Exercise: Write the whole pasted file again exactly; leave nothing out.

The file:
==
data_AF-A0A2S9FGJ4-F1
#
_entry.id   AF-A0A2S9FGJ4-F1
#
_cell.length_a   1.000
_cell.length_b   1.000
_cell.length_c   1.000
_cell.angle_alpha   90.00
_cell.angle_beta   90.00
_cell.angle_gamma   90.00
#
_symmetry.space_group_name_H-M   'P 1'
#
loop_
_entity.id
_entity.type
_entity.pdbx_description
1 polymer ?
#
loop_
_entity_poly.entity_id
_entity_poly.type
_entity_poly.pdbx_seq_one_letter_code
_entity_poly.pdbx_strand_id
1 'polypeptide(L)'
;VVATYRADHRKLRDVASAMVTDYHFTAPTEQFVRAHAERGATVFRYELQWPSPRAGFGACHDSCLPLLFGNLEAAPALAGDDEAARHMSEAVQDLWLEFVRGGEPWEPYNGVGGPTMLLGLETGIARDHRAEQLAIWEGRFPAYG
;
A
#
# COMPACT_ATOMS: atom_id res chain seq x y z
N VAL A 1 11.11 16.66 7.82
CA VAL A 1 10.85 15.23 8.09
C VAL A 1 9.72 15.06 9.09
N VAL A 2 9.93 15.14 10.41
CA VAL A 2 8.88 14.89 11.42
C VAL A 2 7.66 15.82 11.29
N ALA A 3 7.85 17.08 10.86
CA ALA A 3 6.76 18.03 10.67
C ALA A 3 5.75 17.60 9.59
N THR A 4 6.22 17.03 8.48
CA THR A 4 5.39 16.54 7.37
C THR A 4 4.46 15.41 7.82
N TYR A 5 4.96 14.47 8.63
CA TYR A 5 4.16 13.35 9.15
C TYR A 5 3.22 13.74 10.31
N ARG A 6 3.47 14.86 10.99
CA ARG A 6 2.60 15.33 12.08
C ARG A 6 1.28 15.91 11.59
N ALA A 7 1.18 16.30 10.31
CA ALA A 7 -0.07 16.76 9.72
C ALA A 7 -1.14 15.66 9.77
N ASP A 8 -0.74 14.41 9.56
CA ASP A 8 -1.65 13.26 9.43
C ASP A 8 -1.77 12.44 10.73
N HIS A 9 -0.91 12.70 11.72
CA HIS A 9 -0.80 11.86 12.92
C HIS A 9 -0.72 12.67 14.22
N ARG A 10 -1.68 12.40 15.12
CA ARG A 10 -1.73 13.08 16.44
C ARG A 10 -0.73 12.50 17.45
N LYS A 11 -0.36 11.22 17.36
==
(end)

data_AF-A0A2S9FGJ4-F1
#
_entry.id   AF-A0A2S9FGJ4-F1
#
_cell.length_a   1.000
_cell.length_b   1.000
_cell.length_c   1.000
_cell.angle_alpha   90.00
_cell.angle_beta   90.00
_cell.angle_gamma   90.00
#
_symmetry.space_group_name_H-M   'P 1'
#
loop_
_entity.id
_entity.type
_entity.pdbx_description
1 polymer ?
#
loop_
_entity_poly.entity_id
_entity_poly.type
_entity_poly.pdbx_seq_one_letter_code
_entity_poly.pdbx_strand_id
1 'polypeptide(L)'
;VVATYRADHRKLRDVASAMVTDYHFTAPTEQFVRAHAERGATVFRYELQWPSPRAGFGACHDSCLPLLFGNLEAAPALAGDDEAARHMSEAVQDLWLEFVRGGEPWEPYNGVGGPTMLLGLETGIARDHRAEQLAIWEGRFPAYG
;
A
#
# COMPACT_ATOMS: atom_id res chain seq x y z
N VAL A 1 11.11 16.66 7.82
CA VAL A 1 10.85 15.23 8.09
C VAL A 1 9.72 15.06 9.09
N VAL A 2 9.93 15.14 10.41
CA VAL A 2 8.88 14.89 11.42
C VAL A 2 7.66 15.82 11.29
N ALA A 3 7.85 17.08 10.86
CA ALA A 3 6.76 18.03 10.67
C ALA A 3 5.75 17.60 9.59
N THR A 4 6.22 17.03 8.48
CA THR A 4 5.39 16.54 7.37
C THR A 4 4.46 15.41 7.82
N TYR A 5 4.96 14.47 8.63
CA TYR A 5 4.16 13.35 9.15
C TYR A 5 3.22 13.74 10.31
N ARG A 6 3.47 14.86 10.99
CA ARG A 6 2.60 15.33 12.08
C ARG A 6 1.28 15.91 11.59
N ALA A 7 1.18 16.30 10.31
CA ALA A 7 -0.07 16.76 9.72
C ALA A 7 -1.14 15.66 9.77
N ASP A 8 -0.74 14.41 9.56
CA ASP A 8 -1.65 13.26 9.43
C ASP A 8 -1.77 12.44 10.73
N HIS A 9 -0.91 12.70 11.72
CA HIS A 9 -0.80 11.86 12.92
C HIS A 9 -0.72 12.67 14.22
N ARG A 10 -1.68 12.40 15.12
CA ARG A 10 -1.73 13.08 16.44
C ARG A 10 -0.73 12.50 17.45
N LYS A 11 -0.36 11.22 17.36